EGLE recognizes and supports the unique status of tribes in Michigan as sovereign governments with an inherent right to self-governance and self-determination and commits to meaningful communication and coordination on actions and decisions that affect their land, air, and water.
On October 28, 2002, the State of Michigan entered into a Government-to-Government Accord with the twelve federally-recognized Indian tribes located in Michigan. The Accord served as an acknowledgement by the State of each tribes’ sovereignty and right to self-governance and self-determination, and as a commitment by the State to use a process of consultation with the tribes to minimize and avoid disputes.
On October 31, 2019, Governor Gretchen Whitmer issued Executive Directive 2019-17 to reaffirm, implement, formalize, and extend the commitments made by the state of Michigan in the Accord.
EGLE’s Policy on Consultation and Coordination with Indian Tribal Governments implements both the Accord and the Executive Directive with the ultimate goal of strengthening the consultation, communication, coordination, and collaboration between tribal governments and EGLE.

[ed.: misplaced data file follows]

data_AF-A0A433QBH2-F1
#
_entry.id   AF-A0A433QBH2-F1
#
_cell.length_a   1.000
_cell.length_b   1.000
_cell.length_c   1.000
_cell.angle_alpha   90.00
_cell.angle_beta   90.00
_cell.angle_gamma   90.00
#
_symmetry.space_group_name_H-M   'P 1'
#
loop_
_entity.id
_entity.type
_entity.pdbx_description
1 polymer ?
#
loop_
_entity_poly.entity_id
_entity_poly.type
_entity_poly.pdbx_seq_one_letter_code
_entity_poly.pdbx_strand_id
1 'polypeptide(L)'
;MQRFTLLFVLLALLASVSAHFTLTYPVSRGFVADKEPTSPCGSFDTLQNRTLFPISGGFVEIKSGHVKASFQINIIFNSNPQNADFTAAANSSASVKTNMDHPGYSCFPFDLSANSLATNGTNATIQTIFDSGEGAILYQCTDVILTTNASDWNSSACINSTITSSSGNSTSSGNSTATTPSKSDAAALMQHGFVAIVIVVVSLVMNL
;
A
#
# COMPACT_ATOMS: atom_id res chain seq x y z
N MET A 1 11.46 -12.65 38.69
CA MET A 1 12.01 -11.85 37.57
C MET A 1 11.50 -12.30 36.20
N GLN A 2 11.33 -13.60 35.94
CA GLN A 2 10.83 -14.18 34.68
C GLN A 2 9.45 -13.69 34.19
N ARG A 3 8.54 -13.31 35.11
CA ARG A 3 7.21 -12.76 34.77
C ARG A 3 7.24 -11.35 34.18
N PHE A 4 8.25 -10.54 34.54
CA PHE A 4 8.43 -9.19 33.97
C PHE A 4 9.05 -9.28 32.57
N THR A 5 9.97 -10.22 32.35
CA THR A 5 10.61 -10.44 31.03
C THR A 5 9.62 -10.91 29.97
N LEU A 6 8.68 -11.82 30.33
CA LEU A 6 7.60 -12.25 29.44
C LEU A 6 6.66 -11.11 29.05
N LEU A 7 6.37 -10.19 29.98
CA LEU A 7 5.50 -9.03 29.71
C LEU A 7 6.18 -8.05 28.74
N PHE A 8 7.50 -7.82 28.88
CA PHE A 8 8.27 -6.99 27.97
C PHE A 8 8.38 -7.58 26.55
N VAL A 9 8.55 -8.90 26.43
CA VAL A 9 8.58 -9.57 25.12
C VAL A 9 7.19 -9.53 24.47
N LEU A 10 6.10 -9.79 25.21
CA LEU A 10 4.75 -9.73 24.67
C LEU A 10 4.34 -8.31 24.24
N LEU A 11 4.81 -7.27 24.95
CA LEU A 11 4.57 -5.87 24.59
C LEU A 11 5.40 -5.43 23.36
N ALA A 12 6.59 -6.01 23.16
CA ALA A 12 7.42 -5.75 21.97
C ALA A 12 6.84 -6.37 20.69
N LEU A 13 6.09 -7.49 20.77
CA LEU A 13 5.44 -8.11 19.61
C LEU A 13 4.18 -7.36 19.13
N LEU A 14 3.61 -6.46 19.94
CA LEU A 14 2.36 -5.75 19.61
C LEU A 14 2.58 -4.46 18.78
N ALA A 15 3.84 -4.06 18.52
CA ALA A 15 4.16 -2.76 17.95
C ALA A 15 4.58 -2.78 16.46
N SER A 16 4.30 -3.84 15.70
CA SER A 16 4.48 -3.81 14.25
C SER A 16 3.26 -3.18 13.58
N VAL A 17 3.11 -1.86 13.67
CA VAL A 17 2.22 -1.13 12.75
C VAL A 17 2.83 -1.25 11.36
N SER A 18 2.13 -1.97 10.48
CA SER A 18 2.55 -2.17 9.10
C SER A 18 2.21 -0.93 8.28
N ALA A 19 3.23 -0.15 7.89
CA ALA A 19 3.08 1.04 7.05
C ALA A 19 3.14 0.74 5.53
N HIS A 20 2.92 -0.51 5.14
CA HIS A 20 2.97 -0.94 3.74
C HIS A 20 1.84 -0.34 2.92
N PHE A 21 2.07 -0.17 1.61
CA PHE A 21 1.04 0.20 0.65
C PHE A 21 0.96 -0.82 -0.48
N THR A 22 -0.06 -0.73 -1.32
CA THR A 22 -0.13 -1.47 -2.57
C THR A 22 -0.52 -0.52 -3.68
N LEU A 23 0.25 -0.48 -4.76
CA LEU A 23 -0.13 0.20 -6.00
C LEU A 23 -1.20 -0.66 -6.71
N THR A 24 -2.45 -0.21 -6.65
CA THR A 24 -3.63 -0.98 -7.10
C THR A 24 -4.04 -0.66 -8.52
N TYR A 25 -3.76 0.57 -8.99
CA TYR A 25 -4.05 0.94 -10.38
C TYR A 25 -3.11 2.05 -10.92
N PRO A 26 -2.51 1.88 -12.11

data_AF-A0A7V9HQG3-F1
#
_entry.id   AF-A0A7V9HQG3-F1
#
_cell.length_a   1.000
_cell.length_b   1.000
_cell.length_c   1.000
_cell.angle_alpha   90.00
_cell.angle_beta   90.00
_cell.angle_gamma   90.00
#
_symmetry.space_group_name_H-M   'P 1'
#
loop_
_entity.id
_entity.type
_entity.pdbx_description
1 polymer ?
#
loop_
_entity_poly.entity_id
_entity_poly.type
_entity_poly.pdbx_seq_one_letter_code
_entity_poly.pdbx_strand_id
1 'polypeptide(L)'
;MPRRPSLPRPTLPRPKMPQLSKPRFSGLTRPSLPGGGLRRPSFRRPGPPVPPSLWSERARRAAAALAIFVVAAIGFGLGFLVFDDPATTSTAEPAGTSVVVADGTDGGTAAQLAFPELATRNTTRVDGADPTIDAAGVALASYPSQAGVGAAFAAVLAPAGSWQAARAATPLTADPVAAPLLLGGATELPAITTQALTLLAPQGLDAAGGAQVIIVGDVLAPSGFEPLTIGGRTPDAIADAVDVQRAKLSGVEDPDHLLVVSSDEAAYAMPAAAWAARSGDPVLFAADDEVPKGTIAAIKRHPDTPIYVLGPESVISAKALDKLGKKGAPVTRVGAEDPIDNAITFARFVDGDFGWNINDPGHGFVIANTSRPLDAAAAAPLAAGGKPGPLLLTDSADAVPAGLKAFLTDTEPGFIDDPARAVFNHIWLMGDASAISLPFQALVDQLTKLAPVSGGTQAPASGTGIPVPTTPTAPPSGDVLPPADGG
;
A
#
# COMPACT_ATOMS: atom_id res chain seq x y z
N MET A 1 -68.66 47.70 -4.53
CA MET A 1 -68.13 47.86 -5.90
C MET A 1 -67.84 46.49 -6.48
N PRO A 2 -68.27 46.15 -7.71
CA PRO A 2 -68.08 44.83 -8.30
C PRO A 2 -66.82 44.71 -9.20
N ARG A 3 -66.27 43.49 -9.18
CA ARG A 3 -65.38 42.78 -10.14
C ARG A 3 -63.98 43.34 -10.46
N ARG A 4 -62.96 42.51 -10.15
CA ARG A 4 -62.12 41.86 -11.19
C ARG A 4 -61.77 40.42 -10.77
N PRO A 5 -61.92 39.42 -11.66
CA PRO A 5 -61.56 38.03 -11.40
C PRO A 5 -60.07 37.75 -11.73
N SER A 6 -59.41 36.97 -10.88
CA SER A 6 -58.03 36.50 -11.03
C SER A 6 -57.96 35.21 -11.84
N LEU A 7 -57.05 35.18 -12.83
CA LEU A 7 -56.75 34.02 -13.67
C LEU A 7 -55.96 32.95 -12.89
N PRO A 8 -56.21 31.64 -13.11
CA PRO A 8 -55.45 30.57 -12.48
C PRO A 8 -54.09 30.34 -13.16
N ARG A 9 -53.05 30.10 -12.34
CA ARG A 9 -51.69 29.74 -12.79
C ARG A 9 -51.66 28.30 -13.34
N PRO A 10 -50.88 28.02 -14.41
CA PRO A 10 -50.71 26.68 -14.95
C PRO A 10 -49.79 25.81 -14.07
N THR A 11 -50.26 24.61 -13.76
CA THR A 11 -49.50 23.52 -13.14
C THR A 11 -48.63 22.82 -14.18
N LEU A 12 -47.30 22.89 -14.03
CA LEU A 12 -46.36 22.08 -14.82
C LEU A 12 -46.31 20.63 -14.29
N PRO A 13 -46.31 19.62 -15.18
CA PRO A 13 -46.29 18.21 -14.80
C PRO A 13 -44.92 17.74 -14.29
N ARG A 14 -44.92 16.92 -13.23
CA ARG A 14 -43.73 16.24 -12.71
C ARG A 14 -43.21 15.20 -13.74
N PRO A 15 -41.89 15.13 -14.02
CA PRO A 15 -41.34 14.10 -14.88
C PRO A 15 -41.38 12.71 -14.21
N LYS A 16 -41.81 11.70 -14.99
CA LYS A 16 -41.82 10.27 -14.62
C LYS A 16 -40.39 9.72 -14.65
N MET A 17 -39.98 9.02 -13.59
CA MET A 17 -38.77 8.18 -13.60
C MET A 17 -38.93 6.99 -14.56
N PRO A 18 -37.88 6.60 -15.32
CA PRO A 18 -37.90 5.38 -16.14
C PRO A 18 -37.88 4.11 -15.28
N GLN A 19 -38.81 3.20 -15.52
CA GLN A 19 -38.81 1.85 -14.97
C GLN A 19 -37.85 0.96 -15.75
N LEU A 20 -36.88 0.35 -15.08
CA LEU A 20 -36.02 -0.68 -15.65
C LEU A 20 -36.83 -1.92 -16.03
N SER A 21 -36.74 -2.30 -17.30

Environmental Justice and Tribal Liaison Katie Kruse completed her M.S. in Environmental Policy with a focus on environmental justice from Michigan Technological University in 2005. Soon after graduation she began working for the Keweenaw Bay Indian Community (KBIC) where she worked for 11 years as an Environmental Specialist. Her work with KBIC, a tribal government, focused on environmental policy and program development including various environmental disciplines such as water quality, air quality, waste management, brownfields, and human and environmental health. Katie was hired in January 2018 for her current position with the Michigan Department of Environment, Great Lakes, and Energy.
Contact Katie at 517-249-0906 or KruseK2@Michigan.gov.